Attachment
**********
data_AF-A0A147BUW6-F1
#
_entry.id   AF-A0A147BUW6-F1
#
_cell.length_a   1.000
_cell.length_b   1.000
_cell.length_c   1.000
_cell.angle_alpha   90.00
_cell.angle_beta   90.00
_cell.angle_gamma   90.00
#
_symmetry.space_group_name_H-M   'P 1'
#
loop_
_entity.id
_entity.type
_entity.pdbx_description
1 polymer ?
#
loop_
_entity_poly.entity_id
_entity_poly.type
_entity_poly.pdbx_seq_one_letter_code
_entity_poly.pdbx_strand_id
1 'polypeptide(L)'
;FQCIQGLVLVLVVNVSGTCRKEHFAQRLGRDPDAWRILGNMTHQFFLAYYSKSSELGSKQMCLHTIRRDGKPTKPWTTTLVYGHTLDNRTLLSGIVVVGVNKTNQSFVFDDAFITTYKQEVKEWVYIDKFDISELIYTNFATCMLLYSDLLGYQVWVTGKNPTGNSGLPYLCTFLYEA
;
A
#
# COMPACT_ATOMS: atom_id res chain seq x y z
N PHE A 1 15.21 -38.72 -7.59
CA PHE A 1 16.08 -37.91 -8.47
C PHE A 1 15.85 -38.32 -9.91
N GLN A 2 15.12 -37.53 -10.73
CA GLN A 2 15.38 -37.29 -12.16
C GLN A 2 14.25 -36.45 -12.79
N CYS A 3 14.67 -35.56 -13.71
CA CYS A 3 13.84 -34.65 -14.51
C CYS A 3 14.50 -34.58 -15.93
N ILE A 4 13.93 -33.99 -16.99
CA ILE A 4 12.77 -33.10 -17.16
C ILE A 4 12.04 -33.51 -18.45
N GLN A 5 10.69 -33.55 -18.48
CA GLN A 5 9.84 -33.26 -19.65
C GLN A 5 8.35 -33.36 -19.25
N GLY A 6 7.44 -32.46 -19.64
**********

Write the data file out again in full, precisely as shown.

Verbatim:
data_AF-A0A147BUW6-F1
#
_entry.id   AF-A0A147BUW6-F1
#
_cell.length_a   1.000
_cell.length_b   1.000
_cell.length_c   1.000
_cell.angle_alpha   90.00
_cell.angle_beta   90.00
_cell.angle_gamma   90.00
#
_symmetry.space_group_name_H-M   'P 1'
#
loop_
_entity.id
_entity.type
_entity.pdbx_description
1 polymer ?
#
loop_
_entity_poly.entity_id
_entity_poly.type
_entity_poly.pdbx_seq_one_letter_code
_entity_poly.pdbx_strand_id
1 'polypeptide(L)'
;FQCIQGLVLVLVVNVSGTCRKEHFAQRLGRDPDAWRILGNMTHQFFLAYYSKSSELGSKQMCLHTIRRDGKPTKPWTTTLVYGHTLDNRTLLSGIVVVGVNKTNQSFVFDDAFITTYKQEVKEWVYIDKFDISELIYTNFATCMLLYSDLLGYQVWVTGKNPTGNSGLPYLCTFLYEA
;
A
#
# COMPACT_ATOMS: atom_id res chain seq x y z
N PHE A 1 15.21 -38.72 -7.59
CA PHE A 1 16.08 -37.91 -8.47
C PHE A 1 15.85 -38.32 -9.91
N GLN A 2 15.12 -37.53 -10.73
CA GLN A 2 15.38 -37.29 -12.16
C GLN A 2 14.25 -36.45 -12.79
N CYS A 3 14.67 -35.56 -13.71
CA CYS A 3 13.84 -34.65 -14.51
C CYS A 3 14.50 -34.58 -15.93
N ILE A 4 13.93 -33.99 -16.99
CA ILE A 4 12.77 -33.10 -17.16
C ILE A 4 12.04 -33.51 -18.45
N GLN A 5 10.69 -33.55 -18.48
CA GLN A 5 9.84 -33.26 -19.65
C GLN A 5 8.35 -33.36 -19.25
N GLY A 6 7.44 -32.46 -19.64